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Start work and then quit..?

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by MikeyJ MikeyJ (New Member) New Member

MikeyJ specializes in Peds, PICU, Home health, Dialysis.

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Did anyone start a new job not too long before starting nursing school and then quit right away after you started? I started a new job (well, same organization I've been with for a while but took on a new position) a week after nursing school started. The work load for school is becoming increasingly more and more (the material and concepts don't seem difficult, but the amount of material expected to memorize.. especially in patho/pharm... is tremendous).

I think I may walk into work on Monday and explain my situation and apologize for taking a new position and quitting right away... but I think it has to be done if I want to do well in my patho/pharm class. I am terrifed to do so because I know my manager will be peeved at me -- especially considering I am trained for my position and they will have to look for someone new to replace me. Eeek... what to do... :uhoh3:

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WDWpixieRN specializes in Med/Surg <1; Epic Certified <1.

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Did anyone start a new job not too long before starting nursing school and then quit right away after you started? I started a new job (well, same organization I've been with for a while but took on a new position) a week after nursing school started.

Well, I got you beat on this one....I had worked full-time in IT for 6 years for my previous employer....I had cold feet about completely cutting the ties and was worried about $$$....the IT division couldn't keep me part-time, but I found something in a totally different division...I took a week off between my IT position and the start of the new job and school....on Monday I had my first class and realized that , this was NOT going to work out!! I went down for the first day of training after class, then wasn't scheduled to work until Th....on W I called and let them know that there was no way I could do it....NS was much more involved that I anticipated just based on my class schedule alone!! I don't think they were thrilled, but seemed to understand. And my former manager and peers all seemed to understand. (He recently gave me a glowing reference for an internship!!)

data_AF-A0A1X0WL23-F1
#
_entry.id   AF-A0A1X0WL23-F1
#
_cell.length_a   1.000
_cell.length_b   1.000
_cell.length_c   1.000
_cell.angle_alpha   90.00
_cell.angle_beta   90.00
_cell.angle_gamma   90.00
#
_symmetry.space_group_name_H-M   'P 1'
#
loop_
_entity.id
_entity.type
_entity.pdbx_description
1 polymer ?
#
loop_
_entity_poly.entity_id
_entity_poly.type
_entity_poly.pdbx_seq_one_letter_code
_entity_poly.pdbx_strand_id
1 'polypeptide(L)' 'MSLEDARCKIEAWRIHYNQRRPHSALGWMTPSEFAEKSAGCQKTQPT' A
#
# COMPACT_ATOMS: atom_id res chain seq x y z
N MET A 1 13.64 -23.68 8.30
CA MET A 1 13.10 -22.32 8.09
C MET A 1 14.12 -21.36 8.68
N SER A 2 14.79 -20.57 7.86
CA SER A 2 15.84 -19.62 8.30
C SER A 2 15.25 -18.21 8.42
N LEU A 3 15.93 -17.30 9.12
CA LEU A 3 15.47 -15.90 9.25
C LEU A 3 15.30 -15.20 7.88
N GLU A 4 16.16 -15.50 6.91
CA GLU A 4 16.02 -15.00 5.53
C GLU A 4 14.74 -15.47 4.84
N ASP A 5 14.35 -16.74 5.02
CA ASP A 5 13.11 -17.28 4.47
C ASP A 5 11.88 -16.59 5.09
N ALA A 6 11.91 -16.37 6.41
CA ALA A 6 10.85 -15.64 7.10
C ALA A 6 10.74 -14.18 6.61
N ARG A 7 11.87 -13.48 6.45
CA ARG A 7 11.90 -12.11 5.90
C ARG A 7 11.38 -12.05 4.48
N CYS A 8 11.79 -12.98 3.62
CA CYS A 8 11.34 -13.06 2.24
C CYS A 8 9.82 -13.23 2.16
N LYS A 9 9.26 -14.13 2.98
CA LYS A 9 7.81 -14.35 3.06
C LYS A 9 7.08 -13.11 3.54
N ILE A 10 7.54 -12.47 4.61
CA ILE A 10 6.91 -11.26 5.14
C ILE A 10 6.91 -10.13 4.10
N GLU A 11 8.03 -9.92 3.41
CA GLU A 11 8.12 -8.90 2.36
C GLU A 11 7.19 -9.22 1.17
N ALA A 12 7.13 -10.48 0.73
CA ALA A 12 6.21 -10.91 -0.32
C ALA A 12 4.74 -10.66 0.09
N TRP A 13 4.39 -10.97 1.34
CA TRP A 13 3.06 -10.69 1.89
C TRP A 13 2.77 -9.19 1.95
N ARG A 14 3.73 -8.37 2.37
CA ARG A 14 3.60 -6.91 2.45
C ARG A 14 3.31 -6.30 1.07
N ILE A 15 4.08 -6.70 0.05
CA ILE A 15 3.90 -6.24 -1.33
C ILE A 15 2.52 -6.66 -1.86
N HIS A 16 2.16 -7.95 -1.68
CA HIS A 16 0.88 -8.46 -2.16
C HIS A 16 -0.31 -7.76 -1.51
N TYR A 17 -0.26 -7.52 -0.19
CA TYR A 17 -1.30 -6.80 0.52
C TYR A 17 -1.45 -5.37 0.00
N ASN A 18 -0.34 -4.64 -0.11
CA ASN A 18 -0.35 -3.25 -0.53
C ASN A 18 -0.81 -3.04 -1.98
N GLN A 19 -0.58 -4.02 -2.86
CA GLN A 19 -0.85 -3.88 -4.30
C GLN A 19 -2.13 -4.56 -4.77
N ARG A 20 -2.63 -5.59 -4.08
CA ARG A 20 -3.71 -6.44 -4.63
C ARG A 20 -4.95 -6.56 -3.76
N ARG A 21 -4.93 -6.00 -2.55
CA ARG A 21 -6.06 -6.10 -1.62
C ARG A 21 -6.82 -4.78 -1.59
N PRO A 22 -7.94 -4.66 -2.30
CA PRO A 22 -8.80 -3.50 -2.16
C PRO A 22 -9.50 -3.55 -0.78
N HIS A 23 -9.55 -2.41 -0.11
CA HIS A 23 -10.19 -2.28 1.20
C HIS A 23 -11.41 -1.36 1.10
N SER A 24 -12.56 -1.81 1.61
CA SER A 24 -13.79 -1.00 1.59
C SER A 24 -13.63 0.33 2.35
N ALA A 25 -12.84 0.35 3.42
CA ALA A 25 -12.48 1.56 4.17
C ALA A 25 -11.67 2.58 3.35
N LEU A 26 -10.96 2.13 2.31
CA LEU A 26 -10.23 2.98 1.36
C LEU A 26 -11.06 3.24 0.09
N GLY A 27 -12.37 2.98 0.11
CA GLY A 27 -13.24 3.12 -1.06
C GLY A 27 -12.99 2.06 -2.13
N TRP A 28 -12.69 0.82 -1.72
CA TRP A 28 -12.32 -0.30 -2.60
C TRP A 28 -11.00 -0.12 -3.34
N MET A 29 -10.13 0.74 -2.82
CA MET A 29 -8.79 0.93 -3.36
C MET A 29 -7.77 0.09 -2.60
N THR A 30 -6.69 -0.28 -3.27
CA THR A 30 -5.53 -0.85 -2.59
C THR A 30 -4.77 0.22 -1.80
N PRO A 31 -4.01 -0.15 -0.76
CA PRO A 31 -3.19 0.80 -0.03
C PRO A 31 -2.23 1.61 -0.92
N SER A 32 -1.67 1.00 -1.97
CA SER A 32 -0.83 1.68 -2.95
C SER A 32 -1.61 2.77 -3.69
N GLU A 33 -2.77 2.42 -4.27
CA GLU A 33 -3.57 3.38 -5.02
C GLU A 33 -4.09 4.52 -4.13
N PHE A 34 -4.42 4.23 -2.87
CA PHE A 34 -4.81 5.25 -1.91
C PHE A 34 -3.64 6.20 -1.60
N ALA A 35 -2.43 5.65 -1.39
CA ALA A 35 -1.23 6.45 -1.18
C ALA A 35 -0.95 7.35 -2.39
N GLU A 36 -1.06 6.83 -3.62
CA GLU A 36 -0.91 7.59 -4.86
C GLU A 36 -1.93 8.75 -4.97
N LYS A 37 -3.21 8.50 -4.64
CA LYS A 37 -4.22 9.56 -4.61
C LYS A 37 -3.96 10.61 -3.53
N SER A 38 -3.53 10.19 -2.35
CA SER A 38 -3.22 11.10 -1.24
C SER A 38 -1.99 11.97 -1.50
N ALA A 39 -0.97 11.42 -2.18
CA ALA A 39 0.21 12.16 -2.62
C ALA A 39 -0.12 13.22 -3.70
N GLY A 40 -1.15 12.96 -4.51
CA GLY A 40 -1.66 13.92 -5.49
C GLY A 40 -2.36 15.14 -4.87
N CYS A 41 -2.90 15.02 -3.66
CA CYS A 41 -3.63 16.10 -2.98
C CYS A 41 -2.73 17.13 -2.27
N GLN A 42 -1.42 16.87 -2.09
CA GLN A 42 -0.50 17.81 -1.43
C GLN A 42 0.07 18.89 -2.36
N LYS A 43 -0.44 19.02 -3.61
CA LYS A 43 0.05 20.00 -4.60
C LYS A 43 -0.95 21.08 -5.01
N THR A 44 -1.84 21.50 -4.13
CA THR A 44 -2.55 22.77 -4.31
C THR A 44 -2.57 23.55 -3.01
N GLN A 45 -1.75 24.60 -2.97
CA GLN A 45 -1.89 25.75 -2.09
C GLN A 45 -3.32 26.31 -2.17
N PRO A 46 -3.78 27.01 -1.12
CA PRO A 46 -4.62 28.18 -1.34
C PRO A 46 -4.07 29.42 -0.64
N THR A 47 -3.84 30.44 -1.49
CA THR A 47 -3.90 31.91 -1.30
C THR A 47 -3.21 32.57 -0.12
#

You do what you have to in order to get through a NS program. They might not understand, but the truth of the matter is, neither did you before you actually started NS. As long as you can live with your decision, whatever they think of it is secondary. Just be sure not to burn any bridges behind you....but then if you planned on doing that, you wouldn't have written here about it bothering you!! :icon_hug:

Best wishes!!

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Daytonite has 40 years experience as a BSN, RN and specializes in med/surg, telemetry, IV therapy, mgmt.

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In case you forgot, this is America and you can pretty much do anything you want (as long as it's legal, that is). About the only problem I see you having is that if you quit on the spot, it may get reported on future references that you did not give the required notice of termination. You can nip that in the bud by giving a letter of resignation in which you specifically direct this firm to only release information for any future references on you about your dates of employment, the job position you held and that you terminated voluntarily, period. If you can work the required length to terminate that would probably be helpful. In any case, I would just be upfront and honest with the boss that you had no idea how burdensome schoolwork was going to be, but that it has to be your first priority-sorry. I was a boss. Bosses have this happen from time to time. They can deal with it. It comes with their job. When you finish nursing school, you have to have references from your nursing instructors to get your first nursing job anyway. As the years go on, references from past jobs aren't even considered anymore because they are just too far in the past.

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MrChicagoRN has 30 years experience and specializes in Leadership, Psych, HomeCare, Amb. Care.

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Needing to quit because you are over-stressed is legitimate.

But instead of walking in to resign, why not talk it out.

Maybe you can switch to PT for awhile, or go PT till they find a replacement.

Or they might let you take some time off when you need the study time.

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I had was in this same position a month ago! I had just gotten a new job. I didn't plan on getting in nursing school until Jan. & a spot came open for the fall. Well of course I took it. I felt really really bad at first for leaving but when I talked to my boss she was fine with it. Her words were "Your education is more important than this job and your studies always come first." That sealed the deal for me and the guilt was gone. I Hope this helped!

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nursing twin is a CNA and specializes in OR Nursing Internship.

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I think the great solution is to be a per diem CNA. I have done this my whole way through nursing school and I call up my supervisor and pick up hours when I want to. If I have a test I may not pick up until after I've taken it. I take out student loans to cover other added expenses. I have gotten used to budgeting and living like a student.

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